HTC Flyer
Both devices sport a "Magic Pen" stylus

The reviews are in for yet another Android-based tablet, and -- like the Motorola Xoom and the LG G-Slate before it -- they aren't exactly glowing for the HTC Flyer.

We previewed the Flyer back in February. What stood out then -- the inclusion of a stylus -- is still the main differentiator on the 7-inch tablet, in addition to the fact that it eschews Android's tablet-optimized OS, the underwhelming "Honeycomb," for Gingerbread with HTC's Sense UI.

Compared to the similarly sized Samsung Galaxy Tab, SlashGear notes that the Flyer is heavier (14.82 oz.), but with good reason: The Flyer is "far sturdier" and "more expensive feeling" than the Tab.

Another interesting point: In addition to the lack of Honeycomb (which is said to be coming soon), the Flyer is powered by a single-core 1.5GHz processor (Qualcomm MSM8255). And the 3G radio on the device can only be used for data -- no phone calls.

On the topic of the stylus, SlashGear had this to say:

The Flyer’s pen is leagues away from the nasty plastic toothpicks of old-style resistive touchscreen devices. Its smooth nib glides nicely across the Gorilla Glass of the Flyer’s display, accurate and lag free. HTC took responsibility for adding digital pen functionality to Android, and they’ve done a solid job.

As for the stylus' integration, it's far from perfect:

While the Flyer uses a similar active digitizer to what you’d find in a Windows 7 tablet PC, it doesn’t feel as accurate. That usually means making your handwriting slightly larger, which is frustrating on a 7-inch display. Meanwhile, although HTC claim a couple hundred levels of pressure sensitivity, there’s little visible difference between the two extremes. There’s also no handwriting recognition, and you can’t handwrite emails or jot into text-entry boxes.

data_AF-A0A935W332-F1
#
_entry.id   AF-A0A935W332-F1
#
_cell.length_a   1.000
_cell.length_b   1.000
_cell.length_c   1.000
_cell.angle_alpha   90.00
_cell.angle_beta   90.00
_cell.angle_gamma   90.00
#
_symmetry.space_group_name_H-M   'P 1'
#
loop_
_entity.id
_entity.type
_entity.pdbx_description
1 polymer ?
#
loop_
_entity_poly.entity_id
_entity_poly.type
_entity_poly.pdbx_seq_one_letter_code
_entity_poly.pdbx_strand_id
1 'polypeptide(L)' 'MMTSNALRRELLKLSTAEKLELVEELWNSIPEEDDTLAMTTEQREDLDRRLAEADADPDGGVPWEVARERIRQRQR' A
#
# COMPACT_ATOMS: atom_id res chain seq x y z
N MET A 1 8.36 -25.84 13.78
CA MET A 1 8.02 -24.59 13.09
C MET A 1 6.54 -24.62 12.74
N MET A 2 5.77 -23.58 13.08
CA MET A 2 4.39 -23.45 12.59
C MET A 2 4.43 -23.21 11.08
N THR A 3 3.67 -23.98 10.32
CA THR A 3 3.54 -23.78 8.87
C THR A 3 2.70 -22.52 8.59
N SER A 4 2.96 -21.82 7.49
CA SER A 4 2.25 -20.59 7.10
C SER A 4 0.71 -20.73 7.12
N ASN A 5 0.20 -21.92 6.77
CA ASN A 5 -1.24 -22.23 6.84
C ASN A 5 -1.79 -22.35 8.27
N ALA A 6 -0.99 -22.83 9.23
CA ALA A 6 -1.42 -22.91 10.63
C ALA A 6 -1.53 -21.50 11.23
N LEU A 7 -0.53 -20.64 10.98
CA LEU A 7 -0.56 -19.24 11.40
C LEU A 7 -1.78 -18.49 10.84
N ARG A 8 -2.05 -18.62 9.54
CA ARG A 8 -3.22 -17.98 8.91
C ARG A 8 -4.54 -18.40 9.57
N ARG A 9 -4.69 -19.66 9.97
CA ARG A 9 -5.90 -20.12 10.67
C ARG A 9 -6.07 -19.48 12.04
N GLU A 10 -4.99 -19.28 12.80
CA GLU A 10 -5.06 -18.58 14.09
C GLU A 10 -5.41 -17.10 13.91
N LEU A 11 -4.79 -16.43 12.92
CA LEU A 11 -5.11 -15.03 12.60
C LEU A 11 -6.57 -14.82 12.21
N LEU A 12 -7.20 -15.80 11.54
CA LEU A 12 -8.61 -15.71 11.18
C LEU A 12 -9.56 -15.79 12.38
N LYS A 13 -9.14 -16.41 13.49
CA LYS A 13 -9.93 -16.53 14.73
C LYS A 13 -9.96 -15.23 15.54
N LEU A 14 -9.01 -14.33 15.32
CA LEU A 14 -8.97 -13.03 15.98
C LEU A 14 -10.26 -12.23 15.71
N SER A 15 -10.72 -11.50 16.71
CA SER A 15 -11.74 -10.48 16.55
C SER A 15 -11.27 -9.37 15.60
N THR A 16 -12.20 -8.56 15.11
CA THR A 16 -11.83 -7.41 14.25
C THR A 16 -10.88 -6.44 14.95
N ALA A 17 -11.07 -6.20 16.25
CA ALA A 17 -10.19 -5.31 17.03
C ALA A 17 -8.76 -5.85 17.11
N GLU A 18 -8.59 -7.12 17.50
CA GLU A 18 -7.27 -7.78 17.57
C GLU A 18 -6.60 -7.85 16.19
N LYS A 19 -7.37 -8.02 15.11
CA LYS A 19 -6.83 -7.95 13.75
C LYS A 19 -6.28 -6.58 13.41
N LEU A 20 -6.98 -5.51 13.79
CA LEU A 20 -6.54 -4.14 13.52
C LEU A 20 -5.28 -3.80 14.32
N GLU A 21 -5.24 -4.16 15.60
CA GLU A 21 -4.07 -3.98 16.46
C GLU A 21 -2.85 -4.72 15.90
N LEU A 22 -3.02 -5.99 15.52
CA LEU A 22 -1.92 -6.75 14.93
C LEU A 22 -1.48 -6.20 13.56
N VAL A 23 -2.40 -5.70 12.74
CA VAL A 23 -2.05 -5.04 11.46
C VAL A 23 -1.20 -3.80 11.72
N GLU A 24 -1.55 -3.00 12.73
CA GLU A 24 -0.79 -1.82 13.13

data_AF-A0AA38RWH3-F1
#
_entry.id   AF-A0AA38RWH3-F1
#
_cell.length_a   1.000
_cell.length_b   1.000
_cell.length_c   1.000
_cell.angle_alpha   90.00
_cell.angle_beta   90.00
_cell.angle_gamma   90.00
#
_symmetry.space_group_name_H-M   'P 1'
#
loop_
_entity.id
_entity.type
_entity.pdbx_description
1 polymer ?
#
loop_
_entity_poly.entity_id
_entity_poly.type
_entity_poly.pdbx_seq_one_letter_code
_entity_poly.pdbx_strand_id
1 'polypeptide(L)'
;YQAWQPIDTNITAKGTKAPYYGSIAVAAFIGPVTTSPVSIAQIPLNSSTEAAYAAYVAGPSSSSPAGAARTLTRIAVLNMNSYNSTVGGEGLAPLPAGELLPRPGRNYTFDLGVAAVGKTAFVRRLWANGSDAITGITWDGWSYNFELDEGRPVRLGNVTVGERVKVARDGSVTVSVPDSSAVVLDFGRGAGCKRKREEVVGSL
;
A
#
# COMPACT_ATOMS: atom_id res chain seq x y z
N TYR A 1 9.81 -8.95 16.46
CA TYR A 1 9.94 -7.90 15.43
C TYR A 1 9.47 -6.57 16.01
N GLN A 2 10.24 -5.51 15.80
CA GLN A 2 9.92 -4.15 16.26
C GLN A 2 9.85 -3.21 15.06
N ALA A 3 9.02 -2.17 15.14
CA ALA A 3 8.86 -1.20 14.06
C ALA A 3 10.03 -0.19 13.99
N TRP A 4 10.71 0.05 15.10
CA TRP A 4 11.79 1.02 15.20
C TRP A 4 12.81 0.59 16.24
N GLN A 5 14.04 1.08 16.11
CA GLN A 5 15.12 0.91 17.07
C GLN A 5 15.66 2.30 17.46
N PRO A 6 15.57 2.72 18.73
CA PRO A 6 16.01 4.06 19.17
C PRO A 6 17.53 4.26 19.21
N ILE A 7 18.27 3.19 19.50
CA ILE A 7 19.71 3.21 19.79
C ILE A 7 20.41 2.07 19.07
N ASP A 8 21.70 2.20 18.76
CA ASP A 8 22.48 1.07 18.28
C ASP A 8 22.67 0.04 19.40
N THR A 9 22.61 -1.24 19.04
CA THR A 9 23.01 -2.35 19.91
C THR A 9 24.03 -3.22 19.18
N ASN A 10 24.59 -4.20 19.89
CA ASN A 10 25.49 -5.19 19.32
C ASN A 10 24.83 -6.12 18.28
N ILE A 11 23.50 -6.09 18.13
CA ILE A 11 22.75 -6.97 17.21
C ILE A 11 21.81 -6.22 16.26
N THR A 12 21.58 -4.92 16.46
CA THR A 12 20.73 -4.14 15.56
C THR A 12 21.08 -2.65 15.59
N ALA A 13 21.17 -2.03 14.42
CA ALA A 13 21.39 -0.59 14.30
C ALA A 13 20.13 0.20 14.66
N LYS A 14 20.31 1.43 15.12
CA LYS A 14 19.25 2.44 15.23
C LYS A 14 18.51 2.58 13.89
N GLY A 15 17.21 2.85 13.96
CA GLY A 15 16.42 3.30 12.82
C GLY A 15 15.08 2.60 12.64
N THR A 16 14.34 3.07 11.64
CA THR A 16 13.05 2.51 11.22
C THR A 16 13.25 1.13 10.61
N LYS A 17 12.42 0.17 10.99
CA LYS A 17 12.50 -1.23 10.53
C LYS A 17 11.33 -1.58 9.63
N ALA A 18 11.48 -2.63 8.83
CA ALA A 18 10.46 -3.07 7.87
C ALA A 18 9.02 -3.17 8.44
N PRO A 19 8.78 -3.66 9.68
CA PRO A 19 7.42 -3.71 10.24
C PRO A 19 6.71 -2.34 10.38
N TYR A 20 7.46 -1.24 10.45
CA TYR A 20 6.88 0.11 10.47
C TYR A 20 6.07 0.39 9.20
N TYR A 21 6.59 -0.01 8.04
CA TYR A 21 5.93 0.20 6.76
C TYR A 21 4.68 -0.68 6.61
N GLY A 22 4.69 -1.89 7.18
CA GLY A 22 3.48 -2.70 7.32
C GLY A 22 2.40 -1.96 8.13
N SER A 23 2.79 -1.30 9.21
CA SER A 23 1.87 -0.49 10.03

More frustrating, though, is the confusion between finger-touch and pen-touch. 99-percent of the interface is intended for finger control, but even if you’d prefer to use the Magic Pen, the Flyer won’t allow you – instead, it just takes a Scribble shot of the screen you’re looking at. When you’re actually in that screenshot, however, and you want to either paste it into Notes, share it or delete it, you can’t tap the buttons with the pen – instead you have to use your finger.

The battery life is "really, really impressive," according to Engadget, and the screen display is bright, vibrant, and sharp -- even when used outdoors.

Both reviews noted how bad the main 5-megapixel camera is, (the 1.3-megapixel front-facing one isn't any better), as well as the poor quality of the Flyer's stereo speakers.

Overall, "It is truly differentiated from the Android tablet pack with its robust aluminum construction, Magic Pen inclusion, and more responsive interface, and aside from a few imperfections and a general immaturity of tablet-specific software, it's as competently designed a tablet as we've yet seen," Engadget writes. 

SlashGear was a bit more critical: 

Yes, there are some frustrations: the camera is an embarrassment, the speakers underwhelming, and the single-core processor does give us a little pause for thought when we consider the sort of demanding apps likely to be coming down the pipeline for Android slates. 

Both reviews agree that price will be a key factor in the Flyer's success, and, as it stands (£600 in the UK for the 32GB, 3G-enabled iteration), is not working in the device's favor. Even the 16GB, WiFi-only version will run the same amount as the 32GB Apple iPad 2 (£480).

Still, there is a lot to like about the Flyer, and both reviews agree that there is a niche market for the device.

Meanwhile, for those looking for a a larger Android-based tablet from HTC, the wait may soon be over. The 10-inch HTC "Puccini" has leaked, and will support the Magic Pen functionality introduced on the Flyer, according to Android Community. It is also said to sport a 1.5 GHz dual-core processor and LTE compatibility (for AT&T).

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